Robert Carpenter (cricketer)

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Robert Carpenter
Robert Carpenter cricketer c1895.jpg
Personal information
Born18 November 1830
Mill Road, Cambridge, England
Died14 July 1901 (aged 70)
Cambridge, England
Domestic team information
Cambridge Town Club
Career statistics
Competition First-class
Matches 141
Runs scored 5220
Batting average 24.39
100s/50s 4/-
Top score 134
Balls bowled 290+
Wickets 19
Bowling average 16.11
5 wickets in innings 0
10 wickets in match 0
Best bowling 4/29
Catches/stumpings 190/2
Source: Bob Carpenter. ESPN Crickinfo

Robert Pearson Carpenter (18 November 1830 – 14 July 1901) was an English first-class cricketer active 1855–76, generally acknowledged to be one of the outstanding batsmen of the 1850s and 1860s. He was a right-handed batsman, usually opening the innings, and an occasional wicketkeeper. He played mostly for Cambridge Town Club (Cambridgeshire) and the United All-England Eleven (UEE). In 1859, Carpenter went to North America as a member of the first-ever overseas tour undertaken by the England team and, in 1862–63, was in the England team to Australia and New Zealand. He umpired in two Test matches between England and Australia in the 1880s. His son Herbert played for Essex.

Carpenter's known first-class career spanned the 1855 to 1876 seasons. He scored 5,220 runs in 141 matches with an average of 24.39, making four centuries with a highest score of 134. A noted fielder, he held 190 catches and made two stumpings.

At the end of the 1859 English cricket season, Carpenter was one of the twelve players who took part in cricket's first-ever overseas tour when an England cricket team led by George Parr visited North America. He also toured Australia with Parr in 1863. In the early 1860s, Carpenter and his Cambridgeshire contemporary Thomas Hayward were rated the finest batsmen in England. Richard Daft was among those ranking them as equal first, but George Parr reckoned Carpenter the better of the two.[1] W. G. Grace said of Carpenter that "he may be safely placed as one of the finest of our great batsmen".[2]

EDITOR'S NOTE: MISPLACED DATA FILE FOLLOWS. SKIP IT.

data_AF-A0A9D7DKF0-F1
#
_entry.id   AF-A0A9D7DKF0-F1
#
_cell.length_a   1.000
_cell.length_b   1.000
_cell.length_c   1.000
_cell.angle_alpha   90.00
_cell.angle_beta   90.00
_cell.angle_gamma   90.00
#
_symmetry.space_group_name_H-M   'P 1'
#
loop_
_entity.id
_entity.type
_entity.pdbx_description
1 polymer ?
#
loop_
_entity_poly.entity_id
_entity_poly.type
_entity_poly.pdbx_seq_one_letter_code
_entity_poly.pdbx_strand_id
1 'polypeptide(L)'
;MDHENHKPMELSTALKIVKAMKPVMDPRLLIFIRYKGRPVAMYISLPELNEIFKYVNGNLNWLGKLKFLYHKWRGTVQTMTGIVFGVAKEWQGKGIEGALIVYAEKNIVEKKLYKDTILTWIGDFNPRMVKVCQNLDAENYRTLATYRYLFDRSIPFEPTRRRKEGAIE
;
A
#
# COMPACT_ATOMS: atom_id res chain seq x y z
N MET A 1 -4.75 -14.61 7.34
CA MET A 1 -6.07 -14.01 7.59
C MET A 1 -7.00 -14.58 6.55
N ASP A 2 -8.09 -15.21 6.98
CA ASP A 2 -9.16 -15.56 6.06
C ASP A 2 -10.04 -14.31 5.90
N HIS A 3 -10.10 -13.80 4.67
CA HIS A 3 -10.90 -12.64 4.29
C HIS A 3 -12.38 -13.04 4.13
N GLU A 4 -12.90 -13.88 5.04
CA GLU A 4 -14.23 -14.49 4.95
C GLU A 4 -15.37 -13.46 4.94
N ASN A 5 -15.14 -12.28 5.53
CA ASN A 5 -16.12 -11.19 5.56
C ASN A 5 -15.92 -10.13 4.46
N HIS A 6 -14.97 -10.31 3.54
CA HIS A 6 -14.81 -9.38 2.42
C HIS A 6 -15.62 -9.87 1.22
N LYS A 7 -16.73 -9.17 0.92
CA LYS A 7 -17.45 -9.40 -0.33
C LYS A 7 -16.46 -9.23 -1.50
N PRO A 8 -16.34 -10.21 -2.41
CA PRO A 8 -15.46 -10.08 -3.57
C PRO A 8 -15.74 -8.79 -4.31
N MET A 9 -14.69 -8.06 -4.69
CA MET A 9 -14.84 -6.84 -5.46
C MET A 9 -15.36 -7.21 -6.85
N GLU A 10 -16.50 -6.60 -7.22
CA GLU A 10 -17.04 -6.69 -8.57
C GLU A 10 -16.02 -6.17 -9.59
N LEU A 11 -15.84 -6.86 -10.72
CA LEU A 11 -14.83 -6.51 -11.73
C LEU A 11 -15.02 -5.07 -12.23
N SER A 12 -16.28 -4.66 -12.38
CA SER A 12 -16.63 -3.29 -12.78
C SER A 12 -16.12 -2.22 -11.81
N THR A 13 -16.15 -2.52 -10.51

Carpenter played in the Gentlemen v Players fixture for the Players on many occasions, scoring centuries in the 1860 and 1861 fixtures at The Oval. In the 1860 match, he hit a ball clean out of The Oval.[3]


  1. ^ Simon Wilde (1998) Number One: The World's Best Batsmen and Bowlers. Victor Gollancz, pub. ISBN 978-0-575-06453-9, p. 49.
  2. ^ W. G. Grace (1891) Cricket.
  3. ^ R.H. Lyttelton (1900) Giants of the Game. EP Publishing Ltd. ISBN 0854098461.

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